Red Queen hypotheses maintain that biotic interactions are the most important drivers of evolutionary change, whereas Court Jester hypotheses regard physical-environmental perturbations, such as climate change, as most important. Tests for the biotic effects of climate change that are conducted on too large a geographic scale can falsely reject the Court Jester because climate is so complex its manifestation is in opposite directions in different geographic areas. Consequently, faunal responses vary from place to place, and lumping of data from different climate zones averages out any local faunal responses. Likewise, tests that are conducted at inappropriate temporal scales will not be effective at distinguishing between the Red Queen and Court Jester.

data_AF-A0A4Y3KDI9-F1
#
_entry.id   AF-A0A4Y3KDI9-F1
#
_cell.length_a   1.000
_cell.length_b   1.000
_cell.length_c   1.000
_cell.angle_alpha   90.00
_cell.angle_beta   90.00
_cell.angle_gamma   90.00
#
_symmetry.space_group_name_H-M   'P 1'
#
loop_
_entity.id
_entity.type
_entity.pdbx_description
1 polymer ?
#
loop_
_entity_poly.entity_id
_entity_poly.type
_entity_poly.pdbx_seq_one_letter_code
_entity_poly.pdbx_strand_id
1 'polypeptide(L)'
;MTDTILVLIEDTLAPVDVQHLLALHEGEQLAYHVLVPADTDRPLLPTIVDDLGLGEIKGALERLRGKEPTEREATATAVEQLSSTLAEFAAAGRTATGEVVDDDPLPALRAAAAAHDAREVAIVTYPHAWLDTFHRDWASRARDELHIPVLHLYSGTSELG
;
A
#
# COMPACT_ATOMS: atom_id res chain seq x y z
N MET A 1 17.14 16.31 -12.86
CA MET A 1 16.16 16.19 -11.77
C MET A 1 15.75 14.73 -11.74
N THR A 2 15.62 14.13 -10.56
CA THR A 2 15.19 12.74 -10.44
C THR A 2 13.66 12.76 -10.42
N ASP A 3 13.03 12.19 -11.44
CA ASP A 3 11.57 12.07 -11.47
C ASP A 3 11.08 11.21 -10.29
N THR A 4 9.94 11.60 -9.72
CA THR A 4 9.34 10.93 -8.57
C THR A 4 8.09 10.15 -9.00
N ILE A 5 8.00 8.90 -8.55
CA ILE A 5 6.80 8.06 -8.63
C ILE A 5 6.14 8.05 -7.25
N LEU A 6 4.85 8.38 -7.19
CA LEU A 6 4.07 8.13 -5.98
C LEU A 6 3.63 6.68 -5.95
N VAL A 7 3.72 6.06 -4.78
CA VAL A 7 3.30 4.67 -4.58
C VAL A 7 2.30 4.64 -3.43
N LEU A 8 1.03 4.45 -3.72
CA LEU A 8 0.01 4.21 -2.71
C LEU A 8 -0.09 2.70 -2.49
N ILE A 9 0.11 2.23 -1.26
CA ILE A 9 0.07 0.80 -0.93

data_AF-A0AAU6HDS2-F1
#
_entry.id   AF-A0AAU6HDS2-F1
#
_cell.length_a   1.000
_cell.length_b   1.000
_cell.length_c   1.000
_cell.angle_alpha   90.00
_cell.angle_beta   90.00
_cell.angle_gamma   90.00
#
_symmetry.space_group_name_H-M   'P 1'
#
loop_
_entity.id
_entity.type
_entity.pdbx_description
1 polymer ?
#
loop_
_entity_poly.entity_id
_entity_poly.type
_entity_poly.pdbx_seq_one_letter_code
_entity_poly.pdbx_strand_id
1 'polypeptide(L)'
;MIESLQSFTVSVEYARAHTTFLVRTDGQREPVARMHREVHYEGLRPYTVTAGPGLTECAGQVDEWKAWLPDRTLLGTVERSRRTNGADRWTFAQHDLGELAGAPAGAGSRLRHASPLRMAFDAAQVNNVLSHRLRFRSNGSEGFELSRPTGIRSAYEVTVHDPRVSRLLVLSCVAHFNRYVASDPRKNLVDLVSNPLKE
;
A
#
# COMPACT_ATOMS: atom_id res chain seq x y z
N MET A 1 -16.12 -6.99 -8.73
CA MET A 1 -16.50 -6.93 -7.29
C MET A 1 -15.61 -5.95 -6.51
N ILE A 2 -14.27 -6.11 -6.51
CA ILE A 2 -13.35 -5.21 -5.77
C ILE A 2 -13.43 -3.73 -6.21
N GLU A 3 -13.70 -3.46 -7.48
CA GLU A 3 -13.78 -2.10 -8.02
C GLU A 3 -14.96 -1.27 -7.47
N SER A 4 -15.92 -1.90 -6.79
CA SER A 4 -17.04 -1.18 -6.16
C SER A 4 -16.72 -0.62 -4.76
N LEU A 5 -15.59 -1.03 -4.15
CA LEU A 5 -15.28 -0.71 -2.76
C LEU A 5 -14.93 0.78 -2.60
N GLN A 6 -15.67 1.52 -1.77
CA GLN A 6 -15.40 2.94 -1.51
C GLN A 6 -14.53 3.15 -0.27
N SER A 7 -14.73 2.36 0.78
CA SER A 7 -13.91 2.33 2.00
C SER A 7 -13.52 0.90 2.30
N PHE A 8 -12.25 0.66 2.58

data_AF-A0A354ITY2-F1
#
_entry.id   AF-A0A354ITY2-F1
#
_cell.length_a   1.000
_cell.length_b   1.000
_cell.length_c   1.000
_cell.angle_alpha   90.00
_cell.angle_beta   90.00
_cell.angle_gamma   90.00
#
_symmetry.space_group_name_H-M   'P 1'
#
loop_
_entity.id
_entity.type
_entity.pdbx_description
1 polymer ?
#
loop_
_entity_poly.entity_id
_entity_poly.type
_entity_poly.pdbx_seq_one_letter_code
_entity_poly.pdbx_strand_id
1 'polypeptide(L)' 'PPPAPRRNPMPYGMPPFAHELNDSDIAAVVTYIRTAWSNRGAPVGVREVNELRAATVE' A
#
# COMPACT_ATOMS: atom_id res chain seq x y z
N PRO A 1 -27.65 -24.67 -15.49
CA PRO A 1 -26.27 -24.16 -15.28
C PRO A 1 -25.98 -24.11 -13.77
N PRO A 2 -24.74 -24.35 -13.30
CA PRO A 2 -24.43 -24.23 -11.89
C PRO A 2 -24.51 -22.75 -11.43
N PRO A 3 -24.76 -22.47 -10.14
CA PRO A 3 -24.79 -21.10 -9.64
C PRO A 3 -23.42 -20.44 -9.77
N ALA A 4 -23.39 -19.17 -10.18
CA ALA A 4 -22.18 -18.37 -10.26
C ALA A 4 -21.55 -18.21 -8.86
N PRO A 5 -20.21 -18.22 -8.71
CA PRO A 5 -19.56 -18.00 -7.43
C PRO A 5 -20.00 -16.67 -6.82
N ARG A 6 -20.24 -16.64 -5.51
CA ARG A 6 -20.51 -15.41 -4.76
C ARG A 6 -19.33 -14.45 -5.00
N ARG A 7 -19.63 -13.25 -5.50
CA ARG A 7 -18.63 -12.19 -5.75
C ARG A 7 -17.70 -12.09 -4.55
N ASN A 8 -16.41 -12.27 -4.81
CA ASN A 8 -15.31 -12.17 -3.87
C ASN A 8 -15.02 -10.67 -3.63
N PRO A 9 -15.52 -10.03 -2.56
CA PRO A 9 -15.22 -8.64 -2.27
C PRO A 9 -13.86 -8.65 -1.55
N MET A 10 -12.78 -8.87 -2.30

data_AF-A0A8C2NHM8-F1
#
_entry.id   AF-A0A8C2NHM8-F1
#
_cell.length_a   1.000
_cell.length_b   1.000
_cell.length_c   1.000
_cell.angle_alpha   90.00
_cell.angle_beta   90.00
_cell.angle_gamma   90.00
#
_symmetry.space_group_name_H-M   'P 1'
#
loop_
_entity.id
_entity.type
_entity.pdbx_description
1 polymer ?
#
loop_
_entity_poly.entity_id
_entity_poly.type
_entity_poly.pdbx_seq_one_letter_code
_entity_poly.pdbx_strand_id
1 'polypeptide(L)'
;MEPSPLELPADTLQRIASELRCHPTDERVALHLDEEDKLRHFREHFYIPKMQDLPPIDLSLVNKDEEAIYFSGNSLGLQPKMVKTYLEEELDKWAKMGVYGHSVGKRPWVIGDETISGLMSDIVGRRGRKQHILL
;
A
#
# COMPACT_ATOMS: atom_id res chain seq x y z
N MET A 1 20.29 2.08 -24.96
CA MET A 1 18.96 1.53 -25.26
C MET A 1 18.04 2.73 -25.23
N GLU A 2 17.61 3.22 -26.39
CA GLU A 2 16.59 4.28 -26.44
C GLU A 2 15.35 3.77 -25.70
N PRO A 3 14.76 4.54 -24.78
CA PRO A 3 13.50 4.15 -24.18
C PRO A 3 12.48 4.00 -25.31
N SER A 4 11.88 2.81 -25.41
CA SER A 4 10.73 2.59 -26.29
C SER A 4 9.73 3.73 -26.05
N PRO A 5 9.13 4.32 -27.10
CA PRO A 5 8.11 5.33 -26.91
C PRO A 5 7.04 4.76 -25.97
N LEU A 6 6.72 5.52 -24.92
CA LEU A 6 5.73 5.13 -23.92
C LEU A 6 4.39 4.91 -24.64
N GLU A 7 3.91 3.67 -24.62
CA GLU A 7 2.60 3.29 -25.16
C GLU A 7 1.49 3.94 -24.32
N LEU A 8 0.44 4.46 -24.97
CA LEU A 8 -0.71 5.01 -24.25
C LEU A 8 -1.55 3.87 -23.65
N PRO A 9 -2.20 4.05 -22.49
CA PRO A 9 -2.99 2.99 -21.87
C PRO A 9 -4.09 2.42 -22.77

A test at a temporal and geographic scale that takes the above considerations into account suggests a biotic response of mammals to a climatic warming event in the northern Rocky Mountains 18.5–14.0 Ma (the late-Early Miocene climatic optimum). During the environmental perturbation, mammalian species richness possibly increased, faunal turnover was pronounced, and taxa adapted to warm, arid environments became more abundant in numbers of species and density of individuals. The data are consistent with environmental change—the Court Jester—driving evolutionary change at sub-continental spatial scales and temporal scales that exceed typical Milankovitch oscillations. The Red Queen may be active at smaller temporal and geographic scales.